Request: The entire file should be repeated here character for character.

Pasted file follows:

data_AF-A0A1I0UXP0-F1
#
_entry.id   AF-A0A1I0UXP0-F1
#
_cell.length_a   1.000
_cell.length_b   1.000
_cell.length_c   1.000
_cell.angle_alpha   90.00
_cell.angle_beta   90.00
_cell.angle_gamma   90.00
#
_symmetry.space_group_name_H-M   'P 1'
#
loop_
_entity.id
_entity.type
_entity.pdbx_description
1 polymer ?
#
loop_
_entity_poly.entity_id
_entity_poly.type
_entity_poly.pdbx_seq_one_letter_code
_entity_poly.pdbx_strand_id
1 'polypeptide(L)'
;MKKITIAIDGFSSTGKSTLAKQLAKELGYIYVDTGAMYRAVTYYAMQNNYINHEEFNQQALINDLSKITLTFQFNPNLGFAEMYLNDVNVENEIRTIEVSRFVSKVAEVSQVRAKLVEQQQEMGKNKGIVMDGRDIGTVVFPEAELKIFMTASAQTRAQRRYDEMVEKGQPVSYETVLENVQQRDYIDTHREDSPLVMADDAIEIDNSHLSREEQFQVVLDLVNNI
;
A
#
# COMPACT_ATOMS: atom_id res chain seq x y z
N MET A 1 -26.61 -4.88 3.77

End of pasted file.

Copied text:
data_AF-A0A1I0UXP0-F1
#
_entry.id   AF-A0A1I0UXP0-F1
#
_cell.length_a   1.000
_cell.length_b   1.000
_cell.length_c   1.000
_cell.angle_alpha   90.00
_cell.angle_beta   90.00
_cell.angle_gamma   90.00
#
_symmetry.space_group_name_H-M   'P 1'
#
loop_
_entity.id
_entity.type
_entity.pdbx_description
1 polymer ?
#
loop_
_entity_poly.entity_id
_entity_poly.type
_entity_poly.pdbx_seq_one_letter_code
_entity_poly.pdbx_strand_id
1 'polypeptide(L)'
;MKKITIAIDGFSSTGKSTLAKQLAKELGYIYVDTGAMYRAVTYYAMQNNYINHEEFNQQALINDLSKITLTFQFNPNLGFAEMYLNDVNVENEIRTIEVSRFVSKVAEVSQVRAKLVEQQQEMGKNKGIVMDGRDIGTVVFPEAELKIFMTASAQTRAQRRYDEMVEKGQPVSYETVLENVQQRDYIDTHREDSPLVMADDAIEIDNSHLSREEQFQVVLDLVNNI
;
A
#
# COMPACT_ATOMS: atom_id res chain seq x y z
N MET A 1 -26.61 -4.88 3.77